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Communicating with your baby

  • 0-1 Years
  • Child development and growing up
  • Speech, language and communication
Two women with two babies

Babies can communicate from the moment they are born. As soon as they arrive, your baby is learning about speech, language and communication. When communicate with your baby, you are helping them learn to communicate. It's also important for you to understand how your baby is trying to communicate with you.

Talking to your baby

It’s important to talk to your baby from their first day! Spend time with your baby and let them watch your face. Use your face by exaggerate your facial expressions. You can also vary voice by changing your pitch. These will help keep your baby interested.

Babies have very limited ways to communicate with you. Make sure your child knows you have understood their attempts to communicate with you by responding when they:

    • cry
    • point
    • shout
    • make sounds

Let your baby see that making sounds are fun by talking to your baby in lots of different situations. Smiling a lot as you talk will also encourage them to make sounds of their own.

Often early attempts at words by babies go unnoticed. This is because they don’t sound like the words they’re intended to be. Try to be aware of any attempt to say a word and give your baby encouragement. For example, if your child points at a cat and says “ta” you can say “Yes, it’s a cat!” in an excited manner.

For more tips on how to talk to your baby, visit the BBC’s Tiny Happy People page.

Encouraging your baby to notice things

It’s important to encourage your baby to pay attention to their surroundings. There are a variety of ways you can do this.

  • Encouraging your child to notice when someone appears or disappears like “Where’s daddy?”
  • Pointing to things and talking about them when you go places like “Wow, that’s a big tree!”
  • Saying your child’s name to alert them to new people or things near them. An interesting face or object will encourage them to continue to look and learn.
  • Talking to your child with simple language and repeating yourself a lot. You can do this whilst playing or sharing activities with them like blowing bubbles.
woman playing peek a boo with a child


Good eye contact can be important when socialising. You can encourage eye contact by holding objects your child is interested in at eye level. This encourages them to look at your face. For example, if your child wants you to blow bubbles – hold the pot at your eye level to help them look at you.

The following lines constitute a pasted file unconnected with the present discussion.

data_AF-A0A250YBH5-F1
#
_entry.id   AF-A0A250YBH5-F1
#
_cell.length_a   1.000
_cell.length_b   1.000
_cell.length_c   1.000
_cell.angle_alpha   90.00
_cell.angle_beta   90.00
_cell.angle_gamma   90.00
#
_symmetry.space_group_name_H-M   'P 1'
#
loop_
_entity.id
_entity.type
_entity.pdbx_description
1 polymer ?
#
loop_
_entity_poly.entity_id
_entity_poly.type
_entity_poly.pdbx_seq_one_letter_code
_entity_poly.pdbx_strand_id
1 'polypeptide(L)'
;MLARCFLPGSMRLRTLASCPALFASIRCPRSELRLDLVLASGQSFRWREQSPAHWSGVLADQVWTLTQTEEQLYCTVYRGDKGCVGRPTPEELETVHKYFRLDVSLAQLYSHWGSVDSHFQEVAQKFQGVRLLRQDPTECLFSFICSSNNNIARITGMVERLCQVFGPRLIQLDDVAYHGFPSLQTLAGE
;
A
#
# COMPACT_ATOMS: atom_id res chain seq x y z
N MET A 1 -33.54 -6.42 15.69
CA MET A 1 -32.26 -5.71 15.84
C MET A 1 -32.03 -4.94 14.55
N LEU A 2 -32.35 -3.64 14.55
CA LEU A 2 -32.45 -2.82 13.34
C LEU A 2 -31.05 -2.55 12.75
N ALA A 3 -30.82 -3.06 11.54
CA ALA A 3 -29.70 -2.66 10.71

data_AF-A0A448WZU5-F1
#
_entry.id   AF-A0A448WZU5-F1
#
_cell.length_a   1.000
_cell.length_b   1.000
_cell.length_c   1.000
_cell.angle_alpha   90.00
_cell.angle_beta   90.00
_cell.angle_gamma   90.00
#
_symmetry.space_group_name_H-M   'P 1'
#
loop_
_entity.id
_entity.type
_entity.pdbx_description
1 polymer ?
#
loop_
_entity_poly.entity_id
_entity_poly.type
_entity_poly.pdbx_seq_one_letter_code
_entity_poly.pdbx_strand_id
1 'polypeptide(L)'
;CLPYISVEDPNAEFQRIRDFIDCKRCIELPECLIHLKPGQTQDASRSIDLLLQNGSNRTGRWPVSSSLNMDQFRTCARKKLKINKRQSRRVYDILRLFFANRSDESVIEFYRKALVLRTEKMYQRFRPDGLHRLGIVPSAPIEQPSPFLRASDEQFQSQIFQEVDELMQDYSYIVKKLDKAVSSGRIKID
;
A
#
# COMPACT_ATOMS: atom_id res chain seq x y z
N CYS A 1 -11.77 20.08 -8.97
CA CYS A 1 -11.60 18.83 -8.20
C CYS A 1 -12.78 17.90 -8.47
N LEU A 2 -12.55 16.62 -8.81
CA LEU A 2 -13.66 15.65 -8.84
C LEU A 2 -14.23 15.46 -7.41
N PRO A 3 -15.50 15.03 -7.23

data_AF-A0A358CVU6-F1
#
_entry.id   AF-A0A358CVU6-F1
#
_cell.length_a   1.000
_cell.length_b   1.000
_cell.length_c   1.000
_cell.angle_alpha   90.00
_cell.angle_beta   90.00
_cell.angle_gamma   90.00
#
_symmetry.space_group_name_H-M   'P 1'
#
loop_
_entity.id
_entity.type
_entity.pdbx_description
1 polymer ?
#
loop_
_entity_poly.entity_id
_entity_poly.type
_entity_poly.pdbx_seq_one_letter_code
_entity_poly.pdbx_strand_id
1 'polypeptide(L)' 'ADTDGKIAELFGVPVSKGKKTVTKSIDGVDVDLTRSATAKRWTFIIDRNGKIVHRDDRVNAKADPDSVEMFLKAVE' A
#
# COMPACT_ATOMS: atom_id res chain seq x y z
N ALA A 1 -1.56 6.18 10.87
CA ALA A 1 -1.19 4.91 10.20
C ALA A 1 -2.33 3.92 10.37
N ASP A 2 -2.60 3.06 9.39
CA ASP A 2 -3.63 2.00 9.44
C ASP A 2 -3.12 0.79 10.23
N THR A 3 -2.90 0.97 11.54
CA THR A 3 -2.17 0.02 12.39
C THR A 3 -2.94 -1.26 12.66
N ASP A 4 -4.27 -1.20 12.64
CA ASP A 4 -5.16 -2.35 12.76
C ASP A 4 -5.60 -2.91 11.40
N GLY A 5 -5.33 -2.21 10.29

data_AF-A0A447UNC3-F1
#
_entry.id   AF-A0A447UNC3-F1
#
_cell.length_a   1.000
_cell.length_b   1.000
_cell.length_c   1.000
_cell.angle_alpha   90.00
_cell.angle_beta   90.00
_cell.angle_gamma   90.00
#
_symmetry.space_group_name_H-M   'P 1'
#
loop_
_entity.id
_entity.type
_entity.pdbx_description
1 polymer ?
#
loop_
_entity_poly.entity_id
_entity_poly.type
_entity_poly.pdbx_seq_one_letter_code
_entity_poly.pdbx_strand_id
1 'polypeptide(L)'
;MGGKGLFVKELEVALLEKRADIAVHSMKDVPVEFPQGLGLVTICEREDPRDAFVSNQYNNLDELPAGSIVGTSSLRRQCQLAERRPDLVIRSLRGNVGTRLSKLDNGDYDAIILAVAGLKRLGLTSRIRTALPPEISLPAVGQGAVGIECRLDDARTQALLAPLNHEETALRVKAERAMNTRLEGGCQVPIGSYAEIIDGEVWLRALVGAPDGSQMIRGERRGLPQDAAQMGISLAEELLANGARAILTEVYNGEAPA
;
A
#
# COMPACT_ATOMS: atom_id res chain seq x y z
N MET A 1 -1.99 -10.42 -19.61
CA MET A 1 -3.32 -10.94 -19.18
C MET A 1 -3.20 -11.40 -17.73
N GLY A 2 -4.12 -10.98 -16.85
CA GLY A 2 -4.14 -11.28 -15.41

There are many different games and activities you can do with your child to encourage them to make eye contact such as:

  • playing peek-a-boo or peep-bo games
  • holding squeaky toys held near your face
  • playing with puppets near your face, you can use the puppets to sing nursery rhymes and songs
  • singing nursery rhymes face-to-face and pause on occasion to encourage your child to look at you

Do not force your child to look at you. Some children find eye contact uncomfortable.

Show your baby new sounds and music

Encourage your baby to listen to lots of different sounds. You can do this by playing with different noise-making things like rattles, drums or musical toys. Check to see if your baby will turn their head to look at them. If you baby isn't looking, you can encourage your baby to look by slowly bringing the noise-making things closer to them.

Your baby will also be more interested in what you are interested in. Make a show of being interested in the sound or object too. Dancing along to music or a musical toy will encourage your child to dance to the rhythm too.

Mum and dad smiling sitting on the sofa together with the mum cuddling her smiling baby on her lap

Last reviewed: 1 November, 2023


Still have concerns?

If you have concerns about your child’s language development you may want to discuss this with your health visitor if your child is under 5 years old.

They may have helpful suggestions to improve your child’s understanding.

You can Call Us on 0300 029 50 50 or Text Us on 07520 649887 to start a conversation.

Open Monday to Friday 9.00am to 5.00pm (excluding bank holidays).

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